Dynamo Kyiv

The most successful team in both the Soviet and Ukrainian eras, Dynamo Kyiv were all but usurped by Shakhtar Donetsk until the dramatic double win of 2015. Under former Dynamo (and Spurs) forward Serhiy Rebrov, Dynamo finished the league unbeaten all season while in the cup, wild scenes followed heroic goalkeeping from veteran Olexandr Shovkovskiy in a penalty shoot-out against Shakhtar at Kiev’s Olimpiyskiy Stadium.

Ukrainian Cup Final 2015/Jens Raitanen

While Donetsk was the scene of the bitter Ukrainian conflict, Shakhtar had still managed to romp home ahead of the pack in 2014. Dynamo, meanwhile, had finished out of the top three for the first time since Ukraine gained independence in 1992.

Now permanently in charge. Rebrov could thank Andriy Yarmolenko and striker Artem Kravets for scoring nearly 40 goals between them in all competitions. This included a run in the Europa League, and a first European quarter-final in six years.

Founded as a branch of the Ukrainian Electrical Workers’ Union under the newly established Communist set-up in 1927, Dynamo Kyiv (then Dynamo Kiev) were inaugural members of the Soviet ‘Higher’ League in 1936 and were never relegated.

Kiev only began to challenge Moscow’s domestic monopoly in the Khrushchëv era of the early 1960s. The post-Stalin national leader was a Dynamo Kiev fan, and political favours soon fell their way.

Club coach Oleg Ochenkov had brought in three youngsters who would have a huge bearing on the later development of the club as a whole: Jozef Szabó, Oleg Basilevich and a lively winger called Valeriy Lobanovskiy. He and Basilevich combined to lead the attack and win the Soviet title in 1961.

Dynamo Stadium/Jens Raitanen

When Viktor Maslov arrived, Lobanovskiy left to start his coaching career in Odessa. Maslov’s men, though, most notably forward Anatoly Bishovets, maintained domestic success and made strides in Europe. By the early 1970s, Kiev’s giant goalkeeper Rudakov, midfielders Troshkin and Kolotov, and forward Onishenko, also formed the core of the Soviet national side.

It was then that master tactician Lobanovskiy and harsh trainer Basilevich returned to the club to establish a scientific regime, with meticulous preparation of players, not least talented youngster Oleg Blokhin. With a midfield of Buryak, Muntyan, Fomenko and Veremeyev, Dynamo Kiev won the European Cup-Winners’ Cup in 1975, but the team failed to equal this success after the team were selected en bloc as Soviet Olympic representatives. They were simply playing too much football – and Basilevich left.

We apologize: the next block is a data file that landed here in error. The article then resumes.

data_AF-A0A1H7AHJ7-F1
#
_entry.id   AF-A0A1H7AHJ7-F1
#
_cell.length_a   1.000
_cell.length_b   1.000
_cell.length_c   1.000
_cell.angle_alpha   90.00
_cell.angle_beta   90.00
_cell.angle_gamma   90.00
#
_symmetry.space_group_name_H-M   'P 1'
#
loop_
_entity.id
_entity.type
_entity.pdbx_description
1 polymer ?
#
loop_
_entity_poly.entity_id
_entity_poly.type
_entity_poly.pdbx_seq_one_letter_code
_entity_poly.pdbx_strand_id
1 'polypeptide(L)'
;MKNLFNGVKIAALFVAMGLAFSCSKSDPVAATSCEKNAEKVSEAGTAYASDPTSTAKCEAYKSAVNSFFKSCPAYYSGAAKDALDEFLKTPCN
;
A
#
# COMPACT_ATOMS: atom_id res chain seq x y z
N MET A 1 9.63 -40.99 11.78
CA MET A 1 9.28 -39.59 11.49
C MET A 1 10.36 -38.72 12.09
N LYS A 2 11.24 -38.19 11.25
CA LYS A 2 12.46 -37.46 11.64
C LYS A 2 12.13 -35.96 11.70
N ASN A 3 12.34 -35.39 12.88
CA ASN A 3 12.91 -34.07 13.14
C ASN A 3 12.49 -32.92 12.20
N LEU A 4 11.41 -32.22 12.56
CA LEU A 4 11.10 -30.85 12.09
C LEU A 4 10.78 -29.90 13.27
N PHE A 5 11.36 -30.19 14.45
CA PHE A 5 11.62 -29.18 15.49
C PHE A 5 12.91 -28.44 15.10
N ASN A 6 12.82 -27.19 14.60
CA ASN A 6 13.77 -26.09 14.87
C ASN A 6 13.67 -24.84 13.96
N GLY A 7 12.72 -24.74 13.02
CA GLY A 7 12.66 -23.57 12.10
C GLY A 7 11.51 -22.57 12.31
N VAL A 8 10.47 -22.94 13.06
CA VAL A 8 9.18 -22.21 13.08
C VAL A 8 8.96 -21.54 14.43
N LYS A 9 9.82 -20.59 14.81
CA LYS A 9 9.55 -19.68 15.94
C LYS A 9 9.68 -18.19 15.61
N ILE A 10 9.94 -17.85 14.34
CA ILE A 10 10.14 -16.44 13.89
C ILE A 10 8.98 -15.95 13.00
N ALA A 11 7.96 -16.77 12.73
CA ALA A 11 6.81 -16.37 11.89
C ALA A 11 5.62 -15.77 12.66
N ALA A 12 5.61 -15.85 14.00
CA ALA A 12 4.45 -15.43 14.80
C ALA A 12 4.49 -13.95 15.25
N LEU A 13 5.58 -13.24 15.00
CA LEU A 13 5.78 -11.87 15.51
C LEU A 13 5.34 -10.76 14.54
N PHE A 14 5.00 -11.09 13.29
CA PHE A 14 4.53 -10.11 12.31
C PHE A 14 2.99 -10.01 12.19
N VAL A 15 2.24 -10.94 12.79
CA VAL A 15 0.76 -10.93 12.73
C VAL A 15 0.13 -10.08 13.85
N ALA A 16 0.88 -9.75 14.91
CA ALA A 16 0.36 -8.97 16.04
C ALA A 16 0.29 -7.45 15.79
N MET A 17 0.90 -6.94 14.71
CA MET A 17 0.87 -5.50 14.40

New arrivals Aleksandr Zavarov from Voroshchilovgrad and Igor Belanov from Odessa later arrived, Lobanovskiy working on their speed and technique. With Blokhin and Buryak adding experience, this new-look Kiev side won the double and another Cup-Winners’ Cup in 1986. Zavarov and Belanov shone at the World Cup that summer, but subsequent transfers abroad did them little good. Lobanovskiy left to coach in the Middle East.

With post-Soviet independence, Dynamo were rebranded as Ukrainian-language ‘Kyiv’ but lacked the wherewithal in a transitional economy to match past successes. It took the arrival of entrepreneur Hrihoriy Surkis to re-establish the club – despite a two-year European ban for the alleged bribing of match officials in 1995.

Dynamo Stadium/Jens Raitanen

The key to Kyiv’s revival, and a third great side, was the return of Lobanovskiy – and young forwards Serhiy Rebrov and Andriy Shevchenko. Again, speed and technique were meticulously developed, and Dynamo claimed significant scalps in Europe (Barcelona, PSV Eindhoven) while dominating at home.

In the 1998-99 Champions League campaign, Dynamo shocked Real Madrid to set up a classic semi-final with Bayern Munich. Leading 3-1 at home, Kyiv seemed to be cruising to a first Champions League final – until Bayern pegged them back to 3-3, then won the second leg 1-0. The moment had gone. Shevchenko and Rebrov headed abroad, Lobanovskiy took on the national job but died of a stroke in 2002. The Dynamo stadium was later renamed after him.

Despite the return of Shevchenko from a successful stint at Milan, Dynamo had lost their momentum and became regular runners-up to rivals Shakhtar Donetsk. This still meant regular appearances in the Champions League – without any of the advances of the Lobanovskiy eras.


The club’s main venue is the revamped Olimpiyskiy  – although the Dynamo Stadium, where you’ll find the club shop, is still considered their spiritual home.


Tickets are available at offices at both the Olimpiyskiy and Dynamo Stadiums.

Dynamo Kyiv shop/Peterjon Cresswell


The Magazin FK Dynamo Kyiv (daily 10am-8pm) stands right outside the colonnaded main entrance of the Dynamo Stadium. Note the rather snazzy reworkings of traditional Ukrainian folkwear to sport the Dynamo brand. There’s also a smaller souvenir shop just inside the main entrance, and smaller outlet at Kiev’s Boryspil Airport.


To the left of the Olimpiyskiy Sport & Beer bar/restaurant in front of the West Stand of the national stadium, a Dynamo Kyiv Museum is in the process of being opened.